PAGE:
Tuesday. “All across this country, Americans are suffering because of Obamacare. Obamacare isn’t working.”

Of course, he’s wrong: Obamacare isn’t working, it’s true. That’s because it hasn’t been implemented yet. But no one is suffering. In fact, they are thriving and will thrive even more.

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Exclusive: The Koch brothers’ secret bank

Politico, By Mike Allen & Jim Vandenhei, September 11

An Arlington, Va.-based conservative group, whose existence until now was unknown to almost everyone in politics, raised and spent $250 million in 2012 to shape political and policy debate nationwide.

The group, Freedom Partners, and its president, Marc Short, serve as an outlet for the ideas and funds of the mysterious Koch brothers, cutting checks as large as $63 million to groups promoting conservative causes, according to an IRS document to be filed shortly.

The 38-page IRS filing amounts to the Rosetta Stone of the vast web of conservative groups — some prominent, some obscure — that spend time, money and resources to influence public debate, especially over Obamacare.

The group has about 200 donors, each paying at least $100,000 in annual dues. It raised $256 million in the year after its creation in November 2011, the document shows. And it made grants of $236 million — meaning a totally unknown group was the largest sugar daddy for conservative groups in the last election, second in total spending only to Karl Rove’s American Crossroads and Crossroads GPS, which together spent about $300 million.

Short, a soft-spoken but ferociously conservative 43-year-old operative, provided us a draft of a forthcoming IRS filing that will soon be available to the public. Short, like most in the Koch empire, feels wealthy conservative activists such as Charles and David Koch get a bum rap from the media. So, Short wants to ease his groups and their cause out of the shadows.

“There’s a mystery around us that makes an interesting story,” Short said in an interview in his conference room. “There’s also a vilification that happens that gets exaggerated when your opposition thinks you’re secretive. Our members are proud to be part of [the organization].”

Was Cruz’s Texas Senate Election Legal?

Chris Nelson has some interesting thoughts on this topic and Texas moderates and Democrats ought to take notice, possibly start a lawsuit.

cruzSUMMARY: purely in the spirit of patriotic, non-partisan inquiry, Your Editor would like to know how come he was forced to go through the full US naturalization legal process back in 1962, but Sen. Ted Cruz (who is proud of having memorized the entire US Constitution) has so far, at least, not had to be “naturalized”…even though we have exactly and precisely the same natal circumstances: Canadian birth to a then-US citizen Ma but non-US citizen Pa.

We’ve been asking around, again, purely in the spirit of objective non-partisanship, and the consensus from non-attorneys who have had to deal with similar issues is that under current (1986) law, it no longer matters which parent is a US citizen, either will do, and only one is needed.

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Ding! Dong! The Witch Is Dead!

Michele Bachmann. We won’t have her to kick around anymore.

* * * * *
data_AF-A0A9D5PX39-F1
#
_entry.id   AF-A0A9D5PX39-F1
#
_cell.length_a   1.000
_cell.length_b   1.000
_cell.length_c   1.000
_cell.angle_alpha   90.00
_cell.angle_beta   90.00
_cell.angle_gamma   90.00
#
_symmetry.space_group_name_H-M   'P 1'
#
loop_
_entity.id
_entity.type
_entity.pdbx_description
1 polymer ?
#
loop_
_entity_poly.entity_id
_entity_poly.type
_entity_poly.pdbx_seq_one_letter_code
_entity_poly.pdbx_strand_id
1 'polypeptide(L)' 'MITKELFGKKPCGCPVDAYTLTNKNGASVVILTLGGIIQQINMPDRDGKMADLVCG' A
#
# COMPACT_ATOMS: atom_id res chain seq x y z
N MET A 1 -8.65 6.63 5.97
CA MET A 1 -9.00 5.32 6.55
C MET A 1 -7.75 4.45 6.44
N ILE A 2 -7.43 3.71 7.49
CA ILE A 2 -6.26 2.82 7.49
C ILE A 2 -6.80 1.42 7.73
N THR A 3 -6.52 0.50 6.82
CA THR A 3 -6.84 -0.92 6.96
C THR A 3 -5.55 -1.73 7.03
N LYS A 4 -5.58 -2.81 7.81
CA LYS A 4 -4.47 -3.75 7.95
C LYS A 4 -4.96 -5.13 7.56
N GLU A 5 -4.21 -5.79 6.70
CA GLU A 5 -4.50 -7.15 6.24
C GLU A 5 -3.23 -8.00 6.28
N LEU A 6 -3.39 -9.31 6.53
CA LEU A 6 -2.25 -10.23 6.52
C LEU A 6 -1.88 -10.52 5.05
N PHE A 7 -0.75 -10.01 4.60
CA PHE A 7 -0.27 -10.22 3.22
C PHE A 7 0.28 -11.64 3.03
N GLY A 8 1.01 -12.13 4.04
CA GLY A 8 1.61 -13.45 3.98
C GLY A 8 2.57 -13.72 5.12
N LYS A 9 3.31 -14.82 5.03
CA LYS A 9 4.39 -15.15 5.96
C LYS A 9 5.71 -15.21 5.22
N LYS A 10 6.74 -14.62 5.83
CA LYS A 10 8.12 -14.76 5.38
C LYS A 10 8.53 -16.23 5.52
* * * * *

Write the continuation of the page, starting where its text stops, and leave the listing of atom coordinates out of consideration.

Obviously, she is spinning this along the lines of a…well, she never really says why she won’t run, only that it has nothing to do with the various criminal investigations she is about to undergo or with the early polling for 2014 which shows her in yet another dead heat with Democratic challenger Jim Graves, who she barely beat last November. It should also be noted that her district has been jiggered after the 2010 census, which would have forced her to pander to a new, less angry and spitefilled electorate.

Of course, that she featured these so prominently in her announcement is a sure sign that, indeed, she knew she was in deep, deep trouble and would likely be elected out of office in 2014, if in fact she made it that far after the ethics investigation.

Oddly, it was just two weeks ago that she began releasing re-election ads. Campaign ads this far ahead of an election is a move unheard of at, well, any level of politicking.

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Here’s the thing: the best strategy for Republicans is to just let it go:

WASHINGTON — The scandals dogging President Barack Obama are a political gift to Republicans, who could use some good luck after recent election losses. It’s not clear, however, how Republicans can best capitalize on Democrats’ woes, legislatively or politically.

Last November’s election dynamics complicate the picture on both fronts. Republican leaders are urging a bit of restraint in exploiting the White House’s new weaknesses.

Taken together, Republicans say, these three controversies portray a rapaciously political and inept administration. That could be a powerful message in next year’s congressional and gubernatorial elections, and perhaps in the 2016 presidential race.


[Rep. Tom Cole, R-Okla, a close ally of House Speaker John Boehner], however, said Boehner and other party leaders are keenly aware that Republicans can overdo their attacks, and even build sympathy for Obama, if their criticisms appear nakedly political or not supported by facts.

“We’ve actually had a lot of discussions about that,” Cole said.

Since the “scandals,” however factually based one of them actually is, are pretty much made up of spit and chewing gum, there’s not a lot of worry that Republicans, Inc won’t overplay their hands. They will and spectacularly. Continue reading